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ACHE LNG Plants

Text of Ache Lng Plants

  • Process Safety and Environmental Protection 9 1 ( 2 0 1 3 ) 351366

    Contents lists available at ScienceDirect

    Process Safety and Environmental Protection

    journa l h om ep age: www.elsev ier .co

    Force Coonsho

    M. Tanaa Engineerin Corpo220-6001, Jab Laboratory Univ

    a

    M olers

    of ach r

    for supporting the LNG process equipment and for allowing sea and land transportation. This results in additional

    congestion of the plant and large voids under module-deck, which are conned by large girders. Thus, in case of

    leaks, the proper ventilation to reduce the accumulation of gas is critical for the safety of the plant.

    This paper evaluates the Air-Fin-Cooler induced air ow in modularized LNG plants using Computational Fluid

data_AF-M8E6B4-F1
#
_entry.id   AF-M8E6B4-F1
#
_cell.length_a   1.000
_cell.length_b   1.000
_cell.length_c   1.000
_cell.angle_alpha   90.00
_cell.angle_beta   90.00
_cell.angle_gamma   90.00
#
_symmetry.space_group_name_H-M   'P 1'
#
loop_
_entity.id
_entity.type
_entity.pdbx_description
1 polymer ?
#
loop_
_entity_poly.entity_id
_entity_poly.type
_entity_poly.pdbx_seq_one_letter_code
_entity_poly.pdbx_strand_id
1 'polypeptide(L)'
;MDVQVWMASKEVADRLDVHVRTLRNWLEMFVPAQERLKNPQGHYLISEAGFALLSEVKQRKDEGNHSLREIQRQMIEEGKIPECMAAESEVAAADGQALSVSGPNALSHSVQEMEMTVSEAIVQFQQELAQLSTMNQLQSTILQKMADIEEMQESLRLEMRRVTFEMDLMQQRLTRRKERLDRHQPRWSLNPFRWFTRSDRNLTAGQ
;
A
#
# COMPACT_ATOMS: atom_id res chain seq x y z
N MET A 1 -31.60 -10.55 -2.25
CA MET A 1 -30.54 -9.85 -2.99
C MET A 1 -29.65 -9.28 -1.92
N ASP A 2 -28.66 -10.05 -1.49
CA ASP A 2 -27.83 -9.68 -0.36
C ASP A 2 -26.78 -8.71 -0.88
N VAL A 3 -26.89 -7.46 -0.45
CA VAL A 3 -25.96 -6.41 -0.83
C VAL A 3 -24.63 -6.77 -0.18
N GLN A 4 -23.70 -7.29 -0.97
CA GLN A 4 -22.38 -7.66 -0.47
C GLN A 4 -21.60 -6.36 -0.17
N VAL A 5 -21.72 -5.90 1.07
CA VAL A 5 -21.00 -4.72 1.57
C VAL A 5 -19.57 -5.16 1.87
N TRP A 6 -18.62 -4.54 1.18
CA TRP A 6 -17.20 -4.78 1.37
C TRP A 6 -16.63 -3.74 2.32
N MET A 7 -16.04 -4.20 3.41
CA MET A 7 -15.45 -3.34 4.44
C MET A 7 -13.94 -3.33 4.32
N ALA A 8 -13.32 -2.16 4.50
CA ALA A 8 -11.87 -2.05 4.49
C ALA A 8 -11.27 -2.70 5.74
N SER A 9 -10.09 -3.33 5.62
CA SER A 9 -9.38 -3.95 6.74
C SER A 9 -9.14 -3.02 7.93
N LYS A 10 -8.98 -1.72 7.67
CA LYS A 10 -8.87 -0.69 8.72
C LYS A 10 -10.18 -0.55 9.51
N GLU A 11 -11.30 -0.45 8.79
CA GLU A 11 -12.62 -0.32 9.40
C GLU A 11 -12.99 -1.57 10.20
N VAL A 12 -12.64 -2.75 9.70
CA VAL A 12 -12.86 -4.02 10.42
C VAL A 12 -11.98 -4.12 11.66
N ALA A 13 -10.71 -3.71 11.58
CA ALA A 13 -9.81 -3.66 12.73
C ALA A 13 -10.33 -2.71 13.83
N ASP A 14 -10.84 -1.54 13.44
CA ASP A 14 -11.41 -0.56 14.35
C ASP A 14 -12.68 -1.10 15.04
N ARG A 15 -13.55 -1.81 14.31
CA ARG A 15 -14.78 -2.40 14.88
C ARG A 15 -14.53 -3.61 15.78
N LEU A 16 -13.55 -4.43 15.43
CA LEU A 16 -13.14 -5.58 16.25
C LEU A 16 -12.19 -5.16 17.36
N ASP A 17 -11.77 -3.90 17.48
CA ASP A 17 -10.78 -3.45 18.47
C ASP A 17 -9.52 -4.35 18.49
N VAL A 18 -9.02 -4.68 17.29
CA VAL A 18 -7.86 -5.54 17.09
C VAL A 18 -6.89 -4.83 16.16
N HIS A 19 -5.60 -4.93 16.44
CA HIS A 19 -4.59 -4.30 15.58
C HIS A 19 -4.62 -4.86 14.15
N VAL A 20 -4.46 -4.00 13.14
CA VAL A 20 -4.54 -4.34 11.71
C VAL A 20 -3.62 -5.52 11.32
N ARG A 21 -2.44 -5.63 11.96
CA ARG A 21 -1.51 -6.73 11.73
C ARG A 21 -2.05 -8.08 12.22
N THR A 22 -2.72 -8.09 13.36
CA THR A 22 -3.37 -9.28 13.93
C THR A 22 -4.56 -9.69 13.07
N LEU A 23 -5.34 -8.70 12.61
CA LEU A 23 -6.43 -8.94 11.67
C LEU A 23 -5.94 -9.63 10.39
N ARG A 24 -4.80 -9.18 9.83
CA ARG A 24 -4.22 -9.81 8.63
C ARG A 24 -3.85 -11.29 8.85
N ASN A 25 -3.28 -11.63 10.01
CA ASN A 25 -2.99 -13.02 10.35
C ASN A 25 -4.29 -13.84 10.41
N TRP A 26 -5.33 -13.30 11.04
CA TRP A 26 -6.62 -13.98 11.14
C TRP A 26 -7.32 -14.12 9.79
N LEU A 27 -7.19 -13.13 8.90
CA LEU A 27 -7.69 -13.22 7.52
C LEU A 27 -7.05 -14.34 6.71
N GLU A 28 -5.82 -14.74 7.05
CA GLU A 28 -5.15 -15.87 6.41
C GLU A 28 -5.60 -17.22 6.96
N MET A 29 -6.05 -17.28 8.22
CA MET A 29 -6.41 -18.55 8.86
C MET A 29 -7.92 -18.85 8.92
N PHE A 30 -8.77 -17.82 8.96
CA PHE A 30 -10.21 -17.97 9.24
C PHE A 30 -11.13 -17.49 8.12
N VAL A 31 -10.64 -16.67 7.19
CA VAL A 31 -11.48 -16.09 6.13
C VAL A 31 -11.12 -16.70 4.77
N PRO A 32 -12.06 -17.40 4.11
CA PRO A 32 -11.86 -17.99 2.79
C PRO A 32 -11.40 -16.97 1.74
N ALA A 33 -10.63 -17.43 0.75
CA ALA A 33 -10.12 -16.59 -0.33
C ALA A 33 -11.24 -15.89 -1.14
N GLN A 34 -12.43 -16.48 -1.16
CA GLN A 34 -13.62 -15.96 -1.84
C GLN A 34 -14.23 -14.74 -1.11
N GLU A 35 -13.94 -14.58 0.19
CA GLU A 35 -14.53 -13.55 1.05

D

    pr

    sh

    pr

    of

    Ke

    1. Int

    Many base to remove hSince the rhuge in reclarge numband normaprocess traAnnual) capthose AFCsthe LNG pr

    Several modularizaimpact andfabricationconstructio

    CorrespoE-mail aReceived

    0957-5820/$http://dx.doynamics (CFD) analysis.

    The results of this evaluation show that the ventilation of the Air-Fin-Cooler induced air ow is inuenced by the

    ocess train orientation. Further, a moderate increase is observed in specic design conditions or areas, such as

    orter separation distances between modules. Based on the results of this evaluation, four design measures are

    oposed to optimize the use of Air-Fin-Cooler, such as train orientation against prevailing wind direction and use